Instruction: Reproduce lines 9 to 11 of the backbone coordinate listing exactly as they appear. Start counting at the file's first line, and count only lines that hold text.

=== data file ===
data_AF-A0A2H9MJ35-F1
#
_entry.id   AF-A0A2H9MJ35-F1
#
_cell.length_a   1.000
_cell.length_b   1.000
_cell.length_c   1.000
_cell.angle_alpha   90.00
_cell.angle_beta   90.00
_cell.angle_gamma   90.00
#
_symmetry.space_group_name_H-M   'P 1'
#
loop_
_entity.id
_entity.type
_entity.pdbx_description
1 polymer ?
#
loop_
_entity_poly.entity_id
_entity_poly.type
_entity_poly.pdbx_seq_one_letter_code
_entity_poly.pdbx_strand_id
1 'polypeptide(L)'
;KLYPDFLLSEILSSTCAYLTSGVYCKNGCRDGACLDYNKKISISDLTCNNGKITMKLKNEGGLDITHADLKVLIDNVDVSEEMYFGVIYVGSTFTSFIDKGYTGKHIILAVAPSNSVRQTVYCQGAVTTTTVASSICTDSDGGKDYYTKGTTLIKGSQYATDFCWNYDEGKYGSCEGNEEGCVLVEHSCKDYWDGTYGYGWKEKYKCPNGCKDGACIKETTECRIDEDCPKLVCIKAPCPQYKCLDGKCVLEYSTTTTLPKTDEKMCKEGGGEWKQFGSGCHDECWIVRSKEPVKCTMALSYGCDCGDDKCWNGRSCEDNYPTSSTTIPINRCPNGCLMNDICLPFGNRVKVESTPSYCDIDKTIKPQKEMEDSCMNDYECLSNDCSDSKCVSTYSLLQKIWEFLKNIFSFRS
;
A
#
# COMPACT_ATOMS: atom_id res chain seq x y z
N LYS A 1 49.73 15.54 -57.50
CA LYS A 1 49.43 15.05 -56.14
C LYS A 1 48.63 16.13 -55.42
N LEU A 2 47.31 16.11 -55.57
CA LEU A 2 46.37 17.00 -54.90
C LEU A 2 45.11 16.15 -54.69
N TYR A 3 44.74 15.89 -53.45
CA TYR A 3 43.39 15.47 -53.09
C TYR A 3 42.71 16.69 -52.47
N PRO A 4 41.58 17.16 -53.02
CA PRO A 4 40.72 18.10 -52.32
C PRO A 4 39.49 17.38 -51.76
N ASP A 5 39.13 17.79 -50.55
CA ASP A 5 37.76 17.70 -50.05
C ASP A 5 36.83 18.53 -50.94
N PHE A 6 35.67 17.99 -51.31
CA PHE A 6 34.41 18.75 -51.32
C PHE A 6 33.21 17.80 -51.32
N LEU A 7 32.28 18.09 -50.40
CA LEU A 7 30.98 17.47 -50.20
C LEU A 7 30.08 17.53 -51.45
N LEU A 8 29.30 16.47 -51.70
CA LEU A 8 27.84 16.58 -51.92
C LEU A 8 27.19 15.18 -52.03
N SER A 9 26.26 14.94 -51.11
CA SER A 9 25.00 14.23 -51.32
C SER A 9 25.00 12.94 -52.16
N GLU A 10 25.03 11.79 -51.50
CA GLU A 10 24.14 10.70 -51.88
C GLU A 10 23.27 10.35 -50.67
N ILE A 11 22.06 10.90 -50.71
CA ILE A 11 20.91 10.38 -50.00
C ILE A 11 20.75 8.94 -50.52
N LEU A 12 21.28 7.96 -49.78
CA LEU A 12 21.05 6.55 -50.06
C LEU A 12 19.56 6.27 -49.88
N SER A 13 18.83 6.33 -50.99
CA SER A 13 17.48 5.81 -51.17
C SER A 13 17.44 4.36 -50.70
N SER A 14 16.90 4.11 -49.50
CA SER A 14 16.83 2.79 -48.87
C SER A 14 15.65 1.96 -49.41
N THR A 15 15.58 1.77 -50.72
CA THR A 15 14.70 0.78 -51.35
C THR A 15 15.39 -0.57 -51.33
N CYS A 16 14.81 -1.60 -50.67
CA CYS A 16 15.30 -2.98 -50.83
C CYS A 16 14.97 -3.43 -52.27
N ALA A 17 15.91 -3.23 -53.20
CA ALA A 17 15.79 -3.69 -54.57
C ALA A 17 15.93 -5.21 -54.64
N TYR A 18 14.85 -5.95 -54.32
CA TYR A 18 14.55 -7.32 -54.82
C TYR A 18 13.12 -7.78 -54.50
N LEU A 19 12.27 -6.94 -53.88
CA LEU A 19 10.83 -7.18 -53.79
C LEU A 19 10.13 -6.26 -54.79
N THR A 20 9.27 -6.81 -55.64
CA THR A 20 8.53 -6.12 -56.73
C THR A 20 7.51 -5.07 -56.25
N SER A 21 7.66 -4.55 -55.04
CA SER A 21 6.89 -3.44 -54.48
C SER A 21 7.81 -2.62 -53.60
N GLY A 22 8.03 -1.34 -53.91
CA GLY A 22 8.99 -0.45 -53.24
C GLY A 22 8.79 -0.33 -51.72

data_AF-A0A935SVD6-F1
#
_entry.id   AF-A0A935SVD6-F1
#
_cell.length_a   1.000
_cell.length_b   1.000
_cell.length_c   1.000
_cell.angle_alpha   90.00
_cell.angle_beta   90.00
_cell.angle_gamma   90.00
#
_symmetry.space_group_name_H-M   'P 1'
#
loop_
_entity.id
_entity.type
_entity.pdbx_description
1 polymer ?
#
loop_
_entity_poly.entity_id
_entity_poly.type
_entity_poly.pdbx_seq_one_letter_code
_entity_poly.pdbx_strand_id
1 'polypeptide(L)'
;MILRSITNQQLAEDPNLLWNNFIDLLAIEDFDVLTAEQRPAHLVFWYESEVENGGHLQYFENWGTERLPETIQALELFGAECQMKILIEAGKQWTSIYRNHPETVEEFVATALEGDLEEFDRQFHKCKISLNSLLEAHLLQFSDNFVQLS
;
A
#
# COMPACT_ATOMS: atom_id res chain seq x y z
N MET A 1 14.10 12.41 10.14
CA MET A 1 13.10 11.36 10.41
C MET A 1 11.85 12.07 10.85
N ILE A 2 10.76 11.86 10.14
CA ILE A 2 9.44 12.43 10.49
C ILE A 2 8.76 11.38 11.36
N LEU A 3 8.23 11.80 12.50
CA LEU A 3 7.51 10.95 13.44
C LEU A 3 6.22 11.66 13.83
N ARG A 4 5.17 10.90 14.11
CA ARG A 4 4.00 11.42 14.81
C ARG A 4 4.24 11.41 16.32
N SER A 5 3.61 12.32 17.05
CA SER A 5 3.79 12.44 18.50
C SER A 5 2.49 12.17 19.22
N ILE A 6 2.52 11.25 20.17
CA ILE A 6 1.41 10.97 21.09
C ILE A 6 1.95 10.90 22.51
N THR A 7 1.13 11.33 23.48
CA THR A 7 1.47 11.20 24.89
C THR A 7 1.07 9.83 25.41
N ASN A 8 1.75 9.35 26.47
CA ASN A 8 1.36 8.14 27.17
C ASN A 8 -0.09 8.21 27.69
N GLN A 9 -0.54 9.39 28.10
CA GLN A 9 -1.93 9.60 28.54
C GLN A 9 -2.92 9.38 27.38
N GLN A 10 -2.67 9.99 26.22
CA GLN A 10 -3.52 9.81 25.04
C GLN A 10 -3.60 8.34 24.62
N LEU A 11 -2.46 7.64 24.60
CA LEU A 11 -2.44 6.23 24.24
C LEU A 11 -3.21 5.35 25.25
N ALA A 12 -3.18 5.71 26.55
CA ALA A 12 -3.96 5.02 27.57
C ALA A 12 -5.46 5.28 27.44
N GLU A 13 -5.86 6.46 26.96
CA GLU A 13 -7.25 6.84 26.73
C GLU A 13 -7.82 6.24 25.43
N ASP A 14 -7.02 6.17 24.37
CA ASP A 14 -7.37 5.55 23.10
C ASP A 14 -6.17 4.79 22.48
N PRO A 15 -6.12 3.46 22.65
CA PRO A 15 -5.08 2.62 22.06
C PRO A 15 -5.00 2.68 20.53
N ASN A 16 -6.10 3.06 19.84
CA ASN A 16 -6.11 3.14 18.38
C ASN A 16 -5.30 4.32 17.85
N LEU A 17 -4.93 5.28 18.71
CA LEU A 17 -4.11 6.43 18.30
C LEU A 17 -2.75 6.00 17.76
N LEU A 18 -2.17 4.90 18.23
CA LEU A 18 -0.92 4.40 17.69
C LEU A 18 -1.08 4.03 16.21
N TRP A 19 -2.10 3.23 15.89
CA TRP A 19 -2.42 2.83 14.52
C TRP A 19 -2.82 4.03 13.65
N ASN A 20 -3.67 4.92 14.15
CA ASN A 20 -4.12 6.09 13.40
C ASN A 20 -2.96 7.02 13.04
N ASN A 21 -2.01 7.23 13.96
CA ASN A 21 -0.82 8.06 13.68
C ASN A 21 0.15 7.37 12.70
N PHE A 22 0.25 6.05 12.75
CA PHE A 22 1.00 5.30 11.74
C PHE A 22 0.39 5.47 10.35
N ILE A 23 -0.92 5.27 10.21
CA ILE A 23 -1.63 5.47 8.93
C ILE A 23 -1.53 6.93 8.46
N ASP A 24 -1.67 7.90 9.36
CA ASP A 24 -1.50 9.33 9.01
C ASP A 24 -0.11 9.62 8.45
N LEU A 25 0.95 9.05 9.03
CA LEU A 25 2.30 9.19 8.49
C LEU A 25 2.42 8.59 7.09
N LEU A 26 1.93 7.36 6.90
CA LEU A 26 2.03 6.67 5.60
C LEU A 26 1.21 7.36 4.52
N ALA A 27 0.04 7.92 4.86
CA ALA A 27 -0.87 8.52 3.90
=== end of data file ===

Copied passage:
_cell.angle_beta   90.00
_cell.angle_gamma   90.00
#